In yet another example, the method of identifying parked vehicles also includes updating, by the one or more computing devices, vehicles in the second set of vehicles continuously; updating, by the one or more computing devices, one or more of the visual indicia of the second set of vehicles continuously; and identifying, using the one or more computing devices, the vehicles in the second set as parked according to the updated visual indicia.

In still another example, the detection of the one or more visible indicia includes identifying one or more lights emitted from a vehicle. In this example, the one or more lights comprises at least one of the following: turn signals, hazard lights, emergency vehicle lights, and construction warning lights. In addition, the identification of a vehicle as possibly parked corresponding to the one or more lights.

Another aspect of the disclosure provides a system that includes an autonomous vehicle and one or more computing devices. This system is configured to perform the methods set forth above. Yet another aspect of the disclosure provides a non-transitory computer-readable medium on which instructions are stored, the instructions, when executed by one or more computing devices cause the one or more computing devices to perform the disclosed methods for identifying parked vehicles.

BRIEF DESCRIPTION OF THE DRAWINGS

FIG. 1 is a functional diagram of a system in accordance with aspects of the disclosure.

FIG. 2 is an interior of an autonomous vehicle in accordance with aspects of the disclosure.

FIG. 3 is an example of detailed map information in accordance with aspects of the disclosure.

FIG. 4 is an exterior of an autonomous vehicle in accordance with aspects of the disclosure.

FIG. 5 is an example diagram of a section of roadway including an intersection in accordance with aspects of the disclosure.

FIG. 6 is another example diagram of a section of roadway including an intersection in accordance with aspects of the disclosure.

FIG. 7 is an example flow diagram in accordance with aspects of the disclosure.

DETAILED DESCRIPTION

Overview

An autonomous vehicle may determine whether a detected stationary vehicle is parked or part of the traffic flow. Vehicles that are in delineated parking spaces or against street curbs may be identified as parked. Additionally, vehicles that satisfy a number of other conditions may be labeled as possibly parked, tracked for a period of time, then labeled as parked if the conditions remain consistent with a parked vehicle. For example, if a car is stopped close to a curb, with a heading parallel to the street, with enough space on the other side for other vehicles to pass by, in a location where street parking is allowed, in a row of other vehicles similarly stopped, the system may determine that the car is parallel parked and label it as such. On the other hand, if a car is stopped close to an intersection where there is a stop sign, only for a short period of time, with a turn signal on, where the curb is painted red or yellow, the system may determine that the car is waiting to turn and therefore may label the car as not parked. Identifying a vehicle as parked may indicate that it is likely not going to move anytime soon and therefore the autonomous vehicle would have time to take actions to avoid the parked vehicle, such as passing or maneuvering around the parked vehicle. Meanwhile, when a vehicle is not identified as parked, the autonomous vehicle may treat the vehicle as part of traffic and/or monitor the movements of the vehicle more closely so as to be able to respond to its movements properly. For example, the autonomous vehicle may stop behind it and wait for it to move.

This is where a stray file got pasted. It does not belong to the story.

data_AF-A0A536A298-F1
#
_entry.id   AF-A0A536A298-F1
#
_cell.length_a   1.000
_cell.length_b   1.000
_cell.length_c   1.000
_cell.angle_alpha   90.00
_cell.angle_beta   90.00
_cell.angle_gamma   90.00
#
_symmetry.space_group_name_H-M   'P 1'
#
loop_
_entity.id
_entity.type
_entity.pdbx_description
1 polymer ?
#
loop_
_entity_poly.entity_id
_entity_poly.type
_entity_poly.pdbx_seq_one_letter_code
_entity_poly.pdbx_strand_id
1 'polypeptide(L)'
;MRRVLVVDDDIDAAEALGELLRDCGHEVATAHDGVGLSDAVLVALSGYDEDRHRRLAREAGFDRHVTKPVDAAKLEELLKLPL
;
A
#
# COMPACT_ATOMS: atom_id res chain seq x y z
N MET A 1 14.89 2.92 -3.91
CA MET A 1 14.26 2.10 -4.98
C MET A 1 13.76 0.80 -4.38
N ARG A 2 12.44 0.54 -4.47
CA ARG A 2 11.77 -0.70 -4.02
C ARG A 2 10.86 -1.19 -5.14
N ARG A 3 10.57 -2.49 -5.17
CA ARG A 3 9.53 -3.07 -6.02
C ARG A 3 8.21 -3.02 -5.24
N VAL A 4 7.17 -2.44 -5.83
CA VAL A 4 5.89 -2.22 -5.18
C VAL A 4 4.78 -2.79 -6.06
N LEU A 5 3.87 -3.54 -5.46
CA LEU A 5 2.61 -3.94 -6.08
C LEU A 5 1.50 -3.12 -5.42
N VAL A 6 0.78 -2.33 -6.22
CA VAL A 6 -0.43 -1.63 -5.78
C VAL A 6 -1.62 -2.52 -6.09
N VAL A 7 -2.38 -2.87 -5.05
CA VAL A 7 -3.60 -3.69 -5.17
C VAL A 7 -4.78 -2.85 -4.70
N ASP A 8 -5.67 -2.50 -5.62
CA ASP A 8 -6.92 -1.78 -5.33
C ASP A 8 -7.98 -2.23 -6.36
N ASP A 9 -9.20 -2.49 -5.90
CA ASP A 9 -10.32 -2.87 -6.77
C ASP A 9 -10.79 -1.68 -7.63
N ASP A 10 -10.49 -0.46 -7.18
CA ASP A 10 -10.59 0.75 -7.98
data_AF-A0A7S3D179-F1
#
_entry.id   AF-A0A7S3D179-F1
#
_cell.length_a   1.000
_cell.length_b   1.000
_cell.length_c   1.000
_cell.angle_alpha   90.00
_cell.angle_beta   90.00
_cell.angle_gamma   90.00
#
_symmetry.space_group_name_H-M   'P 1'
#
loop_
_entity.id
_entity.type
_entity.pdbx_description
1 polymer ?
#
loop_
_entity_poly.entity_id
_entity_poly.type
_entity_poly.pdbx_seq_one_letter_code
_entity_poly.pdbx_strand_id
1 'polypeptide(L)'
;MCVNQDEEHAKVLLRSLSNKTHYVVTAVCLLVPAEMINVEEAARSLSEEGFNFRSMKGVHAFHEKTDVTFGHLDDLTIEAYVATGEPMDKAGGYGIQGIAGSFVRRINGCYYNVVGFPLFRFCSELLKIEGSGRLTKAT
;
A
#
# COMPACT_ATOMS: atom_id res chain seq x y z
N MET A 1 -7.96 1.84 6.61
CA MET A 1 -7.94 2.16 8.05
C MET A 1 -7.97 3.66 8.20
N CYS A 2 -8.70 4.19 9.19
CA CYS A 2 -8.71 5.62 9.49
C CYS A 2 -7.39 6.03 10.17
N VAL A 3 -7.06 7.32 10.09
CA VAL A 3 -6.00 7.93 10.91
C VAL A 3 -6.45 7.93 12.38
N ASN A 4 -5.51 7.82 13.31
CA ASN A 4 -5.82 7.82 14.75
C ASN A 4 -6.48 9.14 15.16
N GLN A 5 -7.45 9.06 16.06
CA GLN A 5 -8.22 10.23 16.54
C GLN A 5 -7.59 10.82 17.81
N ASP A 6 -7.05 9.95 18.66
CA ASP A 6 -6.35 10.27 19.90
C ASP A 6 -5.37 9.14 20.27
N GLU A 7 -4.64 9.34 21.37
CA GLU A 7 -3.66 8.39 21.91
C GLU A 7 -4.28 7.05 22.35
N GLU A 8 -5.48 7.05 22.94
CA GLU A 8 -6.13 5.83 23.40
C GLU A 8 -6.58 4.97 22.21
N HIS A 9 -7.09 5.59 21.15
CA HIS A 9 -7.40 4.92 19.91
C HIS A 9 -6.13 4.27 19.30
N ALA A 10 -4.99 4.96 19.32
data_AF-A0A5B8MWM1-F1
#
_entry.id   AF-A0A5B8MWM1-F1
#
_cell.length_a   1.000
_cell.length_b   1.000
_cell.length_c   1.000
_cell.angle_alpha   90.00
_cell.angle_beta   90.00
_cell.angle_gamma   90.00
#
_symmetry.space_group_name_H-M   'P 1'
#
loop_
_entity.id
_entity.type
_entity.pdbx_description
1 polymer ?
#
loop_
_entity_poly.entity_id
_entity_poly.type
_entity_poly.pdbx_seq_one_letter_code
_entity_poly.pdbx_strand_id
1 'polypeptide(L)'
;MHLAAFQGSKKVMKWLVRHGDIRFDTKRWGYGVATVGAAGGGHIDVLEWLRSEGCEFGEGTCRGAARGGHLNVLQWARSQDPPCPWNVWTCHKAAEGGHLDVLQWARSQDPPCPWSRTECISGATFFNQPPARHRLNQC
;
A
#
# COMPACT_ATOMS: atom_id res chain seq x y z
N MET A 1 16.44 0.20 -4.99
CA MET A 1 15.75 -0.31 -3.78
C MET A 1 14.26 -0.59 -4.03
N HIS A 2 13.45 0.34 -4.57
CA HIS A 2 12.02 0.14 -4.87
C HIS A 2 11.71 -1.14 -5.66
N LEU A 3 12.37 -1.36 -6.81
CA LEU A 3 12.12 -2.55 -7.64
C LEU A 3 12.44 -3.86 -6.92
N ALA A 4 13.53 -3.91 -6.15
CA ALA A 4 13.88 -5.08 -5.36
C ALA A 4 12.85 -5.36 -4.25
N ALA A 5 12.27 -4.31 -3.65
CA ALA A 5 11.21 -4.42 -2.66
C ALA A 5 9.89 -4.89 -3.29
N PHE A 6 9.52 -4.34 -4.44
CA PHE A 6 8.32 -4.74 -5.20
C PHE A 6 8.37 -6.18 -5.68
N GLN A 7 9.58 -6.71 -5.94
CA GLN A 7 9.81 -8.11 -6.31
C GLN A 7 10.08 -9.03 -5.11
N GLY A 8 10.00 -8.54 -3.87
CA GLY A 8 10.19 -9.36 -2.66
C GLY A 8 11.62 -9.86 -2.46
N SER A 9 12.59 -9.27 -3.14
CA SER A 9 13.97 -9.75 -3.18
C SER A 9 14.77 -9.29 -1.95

After detecting surrounding objects and tracking their movements, an autonomous vehicle may identify objects that are capable of moving but are currently stationary. These objects may be other vehicles on the road. The autonomous vehicle may also determine the type of stationary state of the detected vehicles. In accordance with one aspect of the disclosure, the types of stationary states may include a short-term stationary state and a long-term stationary state. The short-term stationary state may indicate that the vehicle is not parked and therefore likely to begin moving in the near future, while the long-term stationary state may indicate that the vehicle is parked and not likely to begin moving anytime soon.

From the detected stationary vehicles, an autonomous vehicle may identify one or more vehicles that have any visible indicia associated with a particular type of stationary state. The autonomous vehicle detect and identify lights such as hazard lights, emergency vehicle lights, construction warning lights, turn signals, brake lights, and reverse lights. Each type of lights may be associated with a parked or unparked state, and therefore may be used in this determination.